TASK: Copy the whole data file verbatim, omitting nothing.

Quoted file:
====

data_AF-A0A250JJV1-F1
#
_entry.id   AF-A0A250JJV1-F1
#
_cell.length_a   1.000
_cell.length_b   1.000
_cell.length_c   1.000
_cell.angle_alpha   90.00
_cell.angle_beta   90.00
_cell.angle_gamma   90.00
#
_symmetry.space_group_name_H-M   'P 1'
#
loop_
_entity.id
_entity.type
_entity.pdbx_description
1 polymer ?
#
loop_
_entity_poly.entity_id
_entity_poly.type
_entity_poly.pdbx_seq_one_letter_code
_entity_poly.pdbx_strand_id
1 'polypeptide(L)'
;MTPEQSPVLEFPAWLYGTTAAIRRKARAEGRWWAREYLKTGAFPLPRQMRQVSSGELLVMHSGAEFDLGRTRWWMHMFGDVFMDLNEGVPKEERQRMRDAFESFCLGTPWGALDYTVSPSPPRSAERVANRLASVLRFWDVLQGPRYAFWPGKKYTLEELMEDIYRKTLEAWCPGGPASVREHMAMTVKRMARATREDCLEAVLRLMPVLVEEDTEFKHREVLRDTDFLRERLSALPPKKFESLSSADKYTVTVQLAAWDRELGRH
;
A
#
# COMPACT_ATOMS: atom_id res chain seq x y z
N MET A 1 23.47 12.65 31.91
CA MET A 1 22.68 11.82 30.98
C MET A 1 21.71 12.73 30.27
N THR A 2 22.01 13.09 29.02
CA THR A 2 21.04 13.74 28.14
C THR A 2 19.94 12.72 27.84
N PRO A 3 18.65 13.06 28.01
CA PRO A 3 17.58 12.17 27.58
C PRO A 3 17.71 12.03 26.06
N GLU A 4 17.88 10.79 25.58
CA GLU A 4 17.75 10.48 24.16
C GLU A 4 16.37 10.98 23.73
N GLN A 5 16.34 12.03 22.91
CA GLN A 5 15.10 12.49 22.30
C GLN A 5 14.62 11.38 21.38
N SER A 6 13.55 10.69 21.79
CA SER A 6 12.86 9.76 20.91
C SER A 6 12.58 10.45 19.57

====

data_AF-A0A250JJV1-F1
#
_entry.id   AF-A0A250JJV1-F1
#
_cell.length_a   1.000
_cell.length_b   1.000
_cell.length_c   1.000
_cell.angle_alpha   90.00
_cell.angle_beta   90.00
_cell.angle_gamma   90.00
#
_symmetry.space_group_name_H-M   'P 1'
#
loop_
_entity.id
_entity.type
_entity.pdbx_description
1 polymer ?
#
loop_
_entity_poly.entity_id
_entity_poly.type
_entity_poly.pdbx_seq_one_letter_code
_entity_poly.pdbx_strand_id
1 'polypeptide(L)'
;MTPEQSPVLEFPAWLYGTTAAIRRKARAEGRWWAREYLKTGAFPLPRQMRQVSSGELLVMHSGAEFDLGRTRWWMHMFGDVFMDLNEGVPKEERQRMRDAFESFCLGTPWGALDYTVSPSPPRSAERVANRLASVLRFWDVLQGPRYAFWPGKKYTLEELMEDIYRKTLEAWCPGGPASVREHMAMTVKRMARATREDCLEAVLRLMPVLVEEDTEFKHREVLRDTDFLRERLSALPPKKFESLSSADKYTVTVQLAAWDRELGRH
;
A
#
# COMPACT_ATOMS: atom_id res chain seq x y z
N MET A 1 23.47 12.65 31.91
CA MET A 1 22.68 11.82 30.98
C MET A 1 21.71 12.73 30.27
N THR A 2 22.01 13.09 29.02
CA THR A 2 21.04 13.74 28.14
C THR A 2 19.94 12.72 27.84
N PRO A 3 18.65 13.06 28.01
CA PRO A 3 17.58 12.17 27.58
C PRO A 3 17.71 12.03 26.06
N GLU A 4 17.88 10.79 25.58
CA GLU A 4 17.75 10.48 24.16
C GLU A 4 16.37 10.98 23.73
N GLN A 5 16.34 12.03 22.91
CA GLN A 5 15.10 12.49 22.30
C GLN A 5 14.62 11.38 21.38
N SER A 6 13.55 10.69 21.79
CA SER A 6 12.86 9.76 20.91
C SER A 6 12.58 10.45 19.57